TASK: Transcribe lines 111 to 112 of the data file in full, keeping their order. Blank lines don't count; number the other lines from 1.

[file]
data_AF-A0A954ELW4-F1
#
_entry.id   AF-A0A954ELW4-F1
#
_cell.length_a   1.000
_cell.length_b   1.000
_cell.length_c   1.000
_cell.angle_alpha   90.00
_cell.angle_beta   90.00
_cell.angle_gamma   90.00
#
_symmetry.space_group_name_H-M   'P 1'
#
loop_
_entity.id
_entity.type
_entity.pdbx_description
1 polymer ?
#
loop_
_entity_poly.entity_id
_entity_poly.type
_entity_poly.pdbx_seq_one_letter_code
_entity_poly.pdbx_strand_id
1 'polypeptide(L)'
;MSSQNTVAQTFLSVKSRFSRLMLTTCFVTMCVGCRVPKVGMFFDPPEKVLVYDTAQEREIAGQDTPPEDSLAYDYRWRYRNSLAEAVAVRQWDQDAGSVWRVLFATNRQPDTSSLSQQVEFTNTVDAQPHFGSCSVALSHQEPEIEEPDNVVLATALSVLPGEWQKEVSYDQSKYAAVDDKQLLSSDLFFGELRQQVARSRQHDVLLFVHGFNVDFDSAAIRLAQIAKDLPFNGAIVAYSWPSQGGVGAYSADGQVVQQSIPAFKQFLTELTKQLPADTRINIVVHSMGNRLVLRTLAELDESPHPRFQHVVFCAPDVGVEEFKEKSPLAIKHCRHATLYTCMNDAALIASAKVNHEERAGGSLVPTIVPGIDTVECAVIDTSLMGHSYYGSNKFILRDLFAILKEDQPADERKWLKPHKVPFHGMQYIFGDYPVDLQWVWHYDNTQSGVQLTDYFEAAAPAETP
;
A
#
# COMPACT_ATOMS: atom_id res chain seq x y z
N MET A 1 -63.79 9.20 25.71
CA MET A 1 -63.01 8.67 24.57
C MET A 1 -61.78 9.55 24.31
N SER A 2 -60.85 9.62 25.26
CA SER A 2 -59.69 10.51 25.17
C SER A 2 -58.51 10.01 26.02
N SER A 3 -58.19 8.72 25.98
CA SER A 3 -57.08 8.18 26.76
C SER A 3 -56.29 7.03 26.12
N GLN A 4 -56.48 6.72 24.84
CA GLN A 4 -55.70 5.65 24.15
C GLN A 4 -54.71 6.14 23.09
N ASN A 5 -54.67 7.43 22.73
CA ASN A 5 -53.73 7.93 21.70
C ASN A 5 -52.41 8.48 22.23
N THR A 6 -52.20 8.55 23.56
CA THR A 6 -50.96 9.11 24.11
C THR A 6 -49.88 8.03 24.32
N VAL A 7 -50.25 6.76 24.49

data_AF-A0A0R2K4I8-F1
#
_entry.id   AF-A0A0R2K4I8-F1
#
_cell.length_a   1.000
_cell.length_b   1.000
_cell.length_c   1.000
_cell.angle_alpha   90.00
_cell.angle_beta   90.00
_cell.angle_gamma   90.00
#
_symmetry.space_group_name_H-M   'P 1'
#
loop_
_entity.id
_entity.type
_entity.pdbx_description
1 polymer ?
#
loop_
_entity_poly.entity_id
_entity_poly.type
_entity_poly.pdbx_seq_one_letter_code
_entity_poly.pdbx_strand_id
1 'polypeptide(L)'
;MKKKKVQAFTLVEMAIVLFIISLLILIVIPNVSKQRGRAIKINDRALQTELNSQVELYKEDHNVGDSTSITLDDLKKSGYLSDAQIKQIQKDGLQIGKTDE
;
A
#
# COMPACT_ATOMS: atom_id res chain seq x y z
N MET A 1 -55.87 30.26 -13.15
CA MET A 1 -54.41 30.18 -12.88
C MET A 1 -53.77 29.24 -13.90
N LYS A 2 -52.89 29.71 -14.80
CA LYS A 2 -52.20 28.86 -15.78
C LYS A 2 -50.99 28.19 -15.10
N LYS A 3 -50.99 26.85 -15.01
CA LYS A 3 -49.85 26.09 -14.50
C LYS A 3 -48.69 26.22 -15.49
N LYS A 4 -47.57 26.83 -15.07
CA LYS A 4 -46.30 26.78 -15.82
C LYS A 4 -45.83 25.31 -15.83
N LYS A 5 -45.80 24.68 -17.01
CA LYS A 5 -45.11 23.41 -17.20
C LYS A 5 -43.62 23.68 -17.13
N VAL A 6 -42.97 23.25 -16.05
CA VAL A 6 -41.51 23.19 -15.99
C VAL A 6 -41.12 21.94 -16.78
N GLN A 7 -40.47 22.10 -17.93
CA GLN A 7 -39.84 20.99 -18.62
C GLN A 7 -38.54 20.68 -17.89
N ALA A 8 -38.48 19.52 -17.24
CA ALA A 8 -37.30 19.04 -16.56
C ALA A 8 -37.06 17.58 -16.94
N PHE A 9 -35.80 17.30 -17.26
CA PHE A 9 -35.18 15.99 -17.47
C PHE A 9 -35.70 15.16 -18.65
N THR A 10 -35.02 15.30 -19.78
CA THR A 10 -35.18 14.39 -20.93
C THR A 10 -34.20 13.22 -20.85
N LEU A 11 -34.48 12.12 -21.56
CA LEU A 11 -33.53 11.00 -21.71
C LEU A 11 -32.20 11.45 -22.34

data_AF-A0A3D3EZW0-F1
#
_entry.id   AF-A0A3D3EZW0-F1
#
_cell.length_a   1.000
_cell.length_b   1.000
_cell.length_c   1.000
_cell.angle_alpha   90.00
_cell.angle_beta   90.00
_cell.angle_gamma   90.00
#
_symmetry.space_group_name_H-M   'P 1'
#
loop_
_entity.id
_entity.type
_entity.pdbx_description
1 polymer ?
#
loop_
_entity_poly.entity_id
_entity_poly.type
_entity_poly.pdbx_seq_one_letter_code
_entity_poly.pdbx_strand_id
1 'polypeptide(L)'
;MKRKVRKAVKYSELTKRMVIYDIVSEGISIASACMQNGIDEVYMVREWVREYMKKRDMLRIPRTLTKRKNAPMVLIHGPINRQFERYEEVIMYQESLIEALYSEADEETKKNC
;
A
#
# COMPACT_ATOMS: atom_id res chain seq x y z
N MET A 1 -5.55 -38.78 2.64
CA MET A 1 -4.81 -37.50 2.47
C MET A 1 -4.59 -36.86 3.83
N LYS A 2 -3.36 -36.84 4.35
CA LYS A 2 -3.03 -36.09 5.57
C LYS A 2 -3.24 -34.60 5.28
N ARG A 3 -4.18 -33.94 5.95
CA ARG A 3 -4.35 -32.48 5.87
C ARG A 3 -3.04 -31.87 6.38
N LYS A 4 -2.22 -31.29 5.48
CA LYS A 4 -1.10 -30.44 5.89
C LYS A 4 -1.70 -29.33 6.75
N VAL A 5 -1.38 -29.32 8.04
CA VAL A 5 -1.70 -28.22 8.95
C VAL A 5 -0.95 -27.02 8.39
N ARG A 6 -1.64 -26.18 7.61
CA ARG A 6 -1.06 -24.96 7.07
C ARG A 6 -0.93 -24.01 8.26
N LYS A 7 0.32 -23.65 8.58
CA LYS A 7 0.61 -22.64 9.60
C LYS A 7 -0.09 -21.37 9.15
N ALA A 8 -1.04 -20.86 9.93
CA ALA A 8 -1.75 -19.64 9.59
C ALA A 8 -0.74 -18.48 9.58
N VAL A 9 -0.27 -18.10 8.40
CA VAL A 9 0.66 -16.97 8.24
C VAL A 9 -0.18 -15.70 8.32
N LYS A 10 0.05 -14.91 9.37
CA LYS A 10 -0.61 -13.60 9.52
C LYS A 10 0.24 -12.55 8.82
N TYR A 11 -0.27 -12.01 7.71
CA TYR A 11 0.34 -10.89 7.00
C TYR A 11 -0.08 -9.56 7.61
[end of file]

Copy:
CA LEU A 11 -33.53 11.00 -21.71
C LEU A 11 -32.20 11.45 -22.34